The area around Penjikent is home to two ancient cities, and, from the looks of it, an even older winery
In the western-most corner of Tajikistan is Penjikent, almost at the border with Uzbekistan, and tentalisingly close to Samarkand and its many tourists, if only the border between the two countries would be open – which it hasn’t been for several years now. Which is a pity, because Penjikent is home to two of the oldest settlement remains in Central Asia.
Sarazm is the oldest, claimed to date from around 3500 BC, and re-discovered only in 1976. Five large metal roofs protect the dug-up remains, which apparently have not been restored. Parts of walls, rooms, paths are clearly visible, and quite impressive considering this is so old. One can freely walk down in the excavation pits, and wander around the dwellings, and there are, of course, no other tourists.
Ancient Penjikent is newer, a Sogdian city which flourished in the 5th – 8th Century, but was utterly destroyed by the Arabs conquering the town in 772 BC, massacring the population in the process, to the extent that there was no point rebuilding the city. The site is touted as the Pompeii of Central Asia, but this is perhaps creating a little too much expectation. Although the site is much larger than what is left of Sarazm, it is unprotected, and many of the walls are crumbling. With a bit of imagination you can still get the feeling of walking the old streets, in between the houses and other buildings, but it is difficult to recognise what is what.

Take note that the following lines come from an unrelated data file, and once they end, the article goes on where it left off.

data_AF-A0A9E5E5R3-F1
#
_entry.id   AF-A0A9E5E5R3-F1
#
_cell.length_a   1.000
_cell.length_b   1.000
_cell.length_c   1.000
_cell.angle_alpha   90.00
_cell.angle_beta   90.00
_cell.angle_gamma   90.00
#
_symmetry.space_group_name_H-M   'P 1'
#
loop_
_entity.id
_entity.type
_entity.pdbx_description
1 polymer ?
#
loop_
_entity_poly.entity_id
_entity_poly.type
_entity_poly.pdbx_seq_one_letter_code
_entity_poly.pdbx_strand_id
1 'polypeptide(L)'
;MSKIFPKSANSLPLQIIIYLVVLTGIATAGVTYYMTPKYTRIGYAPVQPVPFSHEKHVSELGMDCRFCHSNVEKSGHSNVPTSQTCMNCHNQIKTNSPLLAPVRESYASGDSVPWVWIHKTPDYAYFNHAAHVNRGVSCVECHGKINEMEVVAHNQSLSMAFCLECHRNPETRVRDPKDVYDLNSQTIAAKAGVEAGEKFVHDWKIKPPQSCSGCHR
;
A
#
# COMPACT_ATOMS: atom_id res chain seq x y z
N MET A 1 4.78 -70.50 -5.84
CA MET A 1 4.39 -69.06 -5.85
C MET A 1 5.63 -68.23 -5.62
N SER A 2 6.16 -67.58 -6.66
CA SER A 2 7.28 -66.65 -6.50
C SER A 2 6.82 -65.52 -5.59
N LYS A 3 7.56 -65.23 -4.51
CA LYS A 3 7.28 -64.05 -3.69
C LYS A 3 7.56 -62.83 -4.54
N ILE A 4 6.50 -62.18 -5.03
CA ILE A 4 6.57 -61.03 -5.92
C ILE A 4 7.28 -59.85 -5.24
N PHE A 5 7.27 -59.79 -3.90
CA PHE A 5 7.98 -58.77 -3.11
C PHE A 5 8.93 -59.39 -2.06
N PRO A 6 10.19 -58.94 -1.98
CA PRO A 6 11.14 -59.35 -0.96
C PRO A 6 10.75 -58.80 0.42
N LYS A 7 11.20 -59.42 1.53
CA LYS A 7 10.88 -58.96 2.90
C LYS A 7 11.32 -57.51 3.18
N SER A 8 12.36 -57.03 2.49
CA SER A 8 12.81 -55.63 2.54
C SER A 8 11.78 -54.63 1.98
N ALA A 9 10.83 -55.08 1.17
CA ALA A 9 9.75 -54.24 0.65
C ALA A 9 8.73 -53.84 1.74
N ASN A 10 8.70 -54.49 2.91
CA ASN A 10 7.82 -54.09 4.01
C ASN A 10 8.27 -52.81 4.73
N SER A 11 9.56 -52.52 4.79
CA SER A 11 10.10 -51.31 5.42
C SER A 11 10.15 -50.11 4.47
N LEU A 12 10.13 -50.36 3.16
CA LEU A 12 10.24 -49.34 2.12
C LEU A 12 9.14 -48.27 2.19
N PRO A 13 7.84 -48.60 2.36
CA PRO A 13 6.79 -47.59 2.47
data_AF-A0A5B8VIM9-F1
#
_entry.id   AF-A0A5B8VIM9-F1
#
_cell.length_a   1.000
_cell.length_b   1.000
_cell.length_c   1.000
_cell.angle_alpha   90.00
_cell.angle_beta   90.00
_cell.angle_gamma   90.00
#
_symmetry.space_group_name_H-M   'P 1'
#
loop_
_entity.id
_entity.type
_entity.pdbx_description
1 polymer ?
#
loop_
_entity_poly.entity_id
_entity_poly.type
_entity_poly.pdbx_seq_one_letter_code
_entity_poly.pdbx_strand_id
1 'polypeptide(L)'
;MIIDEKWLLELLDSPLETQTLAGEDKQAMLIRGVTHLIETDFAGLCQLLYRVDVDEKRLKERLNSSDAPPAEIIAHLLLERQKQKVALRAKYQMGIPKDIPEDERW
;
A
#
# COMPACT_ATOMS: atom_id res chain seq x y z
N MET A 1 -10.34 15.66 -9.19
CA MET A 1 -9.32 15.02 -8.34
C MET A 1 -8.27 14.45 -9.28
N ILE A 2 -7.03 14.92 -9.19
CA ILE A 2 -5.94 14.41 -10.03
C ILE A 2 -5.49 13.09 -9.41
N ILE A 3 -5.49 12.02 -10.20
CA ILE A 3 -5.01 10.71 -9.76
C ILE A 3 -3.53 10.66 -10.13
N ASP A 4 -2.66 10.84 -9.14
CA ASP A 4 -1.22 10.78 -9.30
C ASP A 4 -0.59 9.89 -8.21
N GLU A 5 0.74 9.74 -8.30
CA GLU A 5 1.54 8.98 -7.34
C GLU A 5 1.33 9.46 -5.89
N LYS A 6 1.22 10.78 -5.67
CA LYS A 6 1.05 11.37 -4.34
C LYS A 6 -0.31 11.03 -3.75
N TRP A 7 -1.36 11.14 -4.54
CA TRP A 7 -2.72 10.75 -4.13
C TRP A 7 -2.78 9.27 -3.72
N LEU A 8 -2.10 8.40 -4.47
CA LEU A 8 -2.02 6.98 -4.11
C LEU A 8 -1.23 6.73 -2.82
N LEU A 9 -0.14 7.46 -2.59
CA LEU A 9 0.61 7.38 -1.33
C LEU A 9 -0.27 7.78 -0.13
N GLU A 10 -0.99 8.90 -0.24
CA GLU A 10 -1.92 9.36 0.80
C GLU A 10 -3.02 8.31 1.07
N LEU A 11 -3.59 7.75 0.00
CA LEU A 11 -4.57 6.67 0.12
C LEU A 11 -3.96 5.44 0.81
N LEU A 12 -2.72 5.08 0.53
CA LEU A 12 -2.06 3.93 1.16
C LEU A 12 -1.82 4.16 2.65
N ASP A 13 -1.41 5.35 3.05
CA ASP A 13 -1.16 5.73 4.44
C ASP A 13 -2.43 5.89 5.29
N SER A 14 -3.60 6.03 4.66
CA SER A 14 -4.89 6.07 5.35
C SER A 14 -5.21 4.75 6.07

Because of the closed border, the only way to get to Penjikent is from the Dushanbe to Khujand road, and then following the Zarafshan river down, and the next day back up again – especially a pain because a road building crew was upgrading the road, which meant frequent closures for ongoing asphalt laying or bridge building. But it allowed us to visit a couple of things on the way.
One of those is the picturesque mountain lake of Iskanderkul, named after Alexander the Great. In the summer this is a popular holiday place at around 2200 m, but when we visit, mid-June, it is still very quiet. The road up is beautiful, without the dramatic scenery of the Pamirs, but with fabulous mountain views in multiple colours.
The other ‘attraction’ is the winery – yes, indeed, Tajikistan, too, has a winery! Apparently, there is only one, Marochnoe Vino, 10 km from Penjikent, and we just had to see this, despite my earlier assessment that we would limit ourselves to Georgian and Moldovan wine. The winery stems from Soviet times, I think, perhaps established in the late 1960s – communication was not only difficult because of the language barrier, the only man present at the site wasn’t very talkative either. Outside are lots of stainless steel barrels – happily exposed to the sun, and it is hot here! – and once connected with a vinoduct to a production building. But the connection seems to be broken, and not much seems to be working here anymore. I seriously doubt that there is any wine being produced, despite the caretaker’s claim that they produce a total of 20,000 bottles a year – bottles of Cabernet, Muscat, the ubiquitous sweet red Kagor that we have found in so many ex-Soviet republics, but also Port wine, Cognac and Calvados; why not? We can try some wine – pay upfront, of course -, but we decide to buy two small bottles instead, to try later in our guesthouse. It is easier to drain them through the sink there, than to have to confront the caretaker with the undrinkability of his stuff – the most likely scenario, based on earlier experience. It is not easy to establish the vintage of our purchase, but it may well be a 1993 Cabernet and a 1993 Muscat, further adding to the suspicion that no new wine is being produced. Perhaps the 40 or 50 bottles in the little shop are the only bottles left! For the better, because the wine wasn’t great, of course, and quite a bit of it indeed ended up in the sink.